14. Testimony Motion.

         In its Testimony Motion, the United States requests that the Court allow Barela to testify that, in 2008, he advised Young that, pursuant to state and federal law, Young could no longer possess a firearm. See Testimony Motion at 1. According to the United States, Young signed a document affirming that he reviewed the New Mexico Corrections Department Parole Division Offender Orientation Handbook, which evidences that Young “was aware that he was not allowed to possess firearms.” Testimony Motion at 2. Young's awareness of his action's criminality, the United States asserts,

provides a clear explanation for his behavior on November 13, 2016 including: why Young was so quick to separate himself from the firearms as law enforcement officers approached, why he attempted to send officers to another vehicle, why he initially lied about the firearms' presence in the vehicle, and why he correctly predicted that officers would find two additional guns in the truck when they executed the search warrant.

         Testimony Motion at 3-4. The United States further asserts that any evidence which increases the likelihood that Young knowingly possessed a firearm is “especially important for the next jury to consider” and that Barela's testimony can therefore strengthen the United States' case. Testimony Motion at 4. The United States contends that Young's behavior following his arrest makes it difficult for Young to argue that he did not knowingly possess the firearms, which Barela's testimony would “bolster.” Testimony Motion at 5. The United States distinguishes its request in this case from the United States' request in United States v. Griffin, 389 F.3d 1100, 1103 (10th Cir. 2004), wherein the Tenth Circuit concluded that evidence of the defendant's probation terms was irrelevant, because § 922(g) does not require felons to know that firearm-possession is unlawful. See Testimony Motion at 5 (citing United States v. Griffin, 389 F.3d at 1103). Unlike the proposed evidence in United States v. Griffin, avers the United States, the United States intends to use Barela's testimony “for a relevant and important purpose: to explain Young's deceptive behavior, ” which increases the likelihood that Young knowingly possessed a firearm. Testimony Motion at 5.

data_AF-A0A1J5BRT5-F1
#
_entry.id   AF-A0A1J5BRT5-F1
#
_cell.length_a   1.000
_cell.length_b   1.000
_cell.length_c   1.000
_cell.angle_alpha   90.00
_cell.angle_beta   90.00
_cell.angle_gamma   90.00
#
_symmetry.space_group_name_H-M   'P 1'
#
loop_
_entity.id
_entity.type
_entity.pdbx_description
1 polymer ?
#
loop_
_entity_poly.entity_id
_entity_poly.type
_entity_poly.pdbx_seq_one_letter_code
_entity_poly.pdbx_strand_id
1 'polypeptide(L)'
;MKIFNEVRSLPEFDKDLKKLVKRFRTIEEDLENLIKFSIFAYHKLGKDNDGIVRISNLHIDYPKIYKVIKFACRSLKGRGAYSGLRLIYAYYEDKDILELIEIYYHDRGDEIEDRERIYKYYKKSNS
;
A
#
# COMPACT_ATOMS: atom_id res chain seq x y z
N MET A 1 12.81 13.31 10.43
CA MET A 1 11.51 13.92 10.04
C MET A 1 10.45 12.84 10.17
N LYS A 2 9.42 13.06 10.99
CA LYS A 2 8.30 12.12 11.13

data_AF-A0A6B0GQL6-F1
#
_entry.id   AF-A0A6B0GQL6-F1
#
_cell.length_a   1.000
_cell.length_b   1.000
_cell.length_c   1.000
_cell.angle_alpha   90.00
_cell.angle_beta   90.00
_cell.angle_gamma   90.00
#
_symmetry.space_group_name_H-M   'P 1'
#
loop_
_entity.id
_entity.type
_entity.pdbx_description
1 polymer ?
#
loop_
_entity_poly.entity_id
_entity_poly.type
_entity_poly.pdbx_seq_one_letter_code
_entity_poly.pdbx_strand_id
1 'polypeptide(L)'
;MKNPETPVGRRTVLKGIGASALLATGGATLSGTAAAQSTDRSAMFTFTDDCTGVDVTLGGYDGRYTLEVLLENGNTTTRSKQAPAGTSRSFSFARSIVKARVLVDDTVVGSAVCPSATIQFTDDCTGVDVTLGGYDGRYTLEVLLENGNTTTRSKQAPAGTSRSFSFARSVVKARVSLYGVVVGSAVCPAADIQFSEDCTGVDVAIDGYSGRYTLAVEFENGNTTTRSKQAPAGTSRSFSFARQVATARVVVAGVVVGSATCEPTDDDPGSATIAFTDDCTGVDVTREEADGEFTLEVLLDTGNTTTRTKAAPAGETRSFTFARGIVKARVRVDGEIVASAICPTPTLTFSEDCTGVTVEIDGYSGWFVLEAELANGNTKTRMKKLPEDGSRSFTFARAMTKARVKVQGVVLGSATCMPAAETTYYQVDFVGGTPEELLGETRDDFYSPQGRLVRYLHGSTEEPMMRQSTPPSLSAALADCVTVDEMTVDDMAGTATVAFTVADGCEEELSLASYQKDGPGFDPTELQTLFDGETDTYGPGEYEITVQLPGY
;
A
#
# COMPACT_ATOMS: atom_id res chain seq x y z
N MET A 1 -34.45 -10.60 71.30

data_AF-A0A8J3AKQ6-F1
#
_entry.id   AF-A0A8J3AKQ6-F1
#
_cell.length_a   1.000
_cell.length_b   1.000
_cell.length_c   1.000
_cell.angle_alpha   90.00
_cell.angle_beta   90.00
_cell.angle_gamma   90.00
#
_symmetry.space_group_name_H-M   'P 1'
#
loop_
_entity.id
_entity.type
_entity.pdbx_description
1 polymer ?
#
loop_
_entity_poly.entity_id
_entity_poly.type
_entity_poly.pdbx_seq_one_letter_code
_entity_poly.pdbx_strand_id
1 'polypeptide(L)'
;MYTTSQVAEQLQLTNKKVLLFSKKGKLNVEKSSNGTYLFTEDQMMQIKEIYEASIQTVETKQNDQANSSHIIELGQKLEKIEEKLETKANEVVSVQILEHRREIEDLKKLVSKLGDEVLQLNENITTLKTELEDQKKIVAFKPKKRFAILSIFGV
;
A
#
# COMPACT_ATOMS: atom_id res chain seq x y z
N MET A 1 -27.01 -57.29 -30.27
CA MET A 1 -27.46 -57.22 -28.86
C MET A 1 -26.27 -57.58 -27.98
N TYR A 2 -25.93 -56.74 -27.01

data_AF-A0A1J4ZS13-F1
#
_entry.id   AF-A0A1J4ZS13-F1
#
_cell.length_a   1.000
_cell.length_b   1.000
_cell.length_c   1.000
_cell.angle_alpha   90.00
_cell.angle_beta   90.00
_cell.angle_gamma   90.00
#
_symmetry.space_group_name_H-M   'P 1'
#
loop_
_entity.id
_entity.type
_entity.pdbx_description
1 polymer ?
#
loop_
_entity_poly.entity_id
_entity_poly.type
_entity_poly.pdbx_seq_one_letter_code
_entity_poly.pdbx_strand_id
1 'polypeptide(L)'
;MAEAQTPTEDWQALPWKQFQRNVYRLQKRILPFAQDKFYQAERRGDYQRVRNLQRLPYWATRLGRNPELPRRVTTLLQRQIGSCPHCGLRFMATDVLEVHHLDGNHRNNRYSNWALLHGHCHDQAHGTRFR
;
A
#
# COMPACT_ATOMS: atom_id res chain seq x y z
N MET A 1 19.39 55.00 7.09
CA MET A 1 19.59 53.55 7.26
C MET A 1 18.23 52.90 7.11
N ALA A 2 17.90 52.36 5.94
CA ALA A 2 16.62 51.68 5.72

The United States further contends that, pursuant to rule 403, Barela's testimony is substantially more probative than it is prejudicial, because the United States' burden to prove that Young is a felon diminishes any prejudice that could result from the jury learning that Young was once on probation. Testimony Motion at 5. “After all, the jury who learns that Young is a convicted felon will not be surprised to learn he was once on probation.” See Testimony Motion at 5. Moreover, asserts the United States, the Court can instruct the jury not to infer guilt based on Young's prior probation term. Testimony Motion at 5. The United States insists that rule 404(b) does not foreclose Barela's testimony, because Young's probation is not itself a crime, is not being introduced to prove Young's ...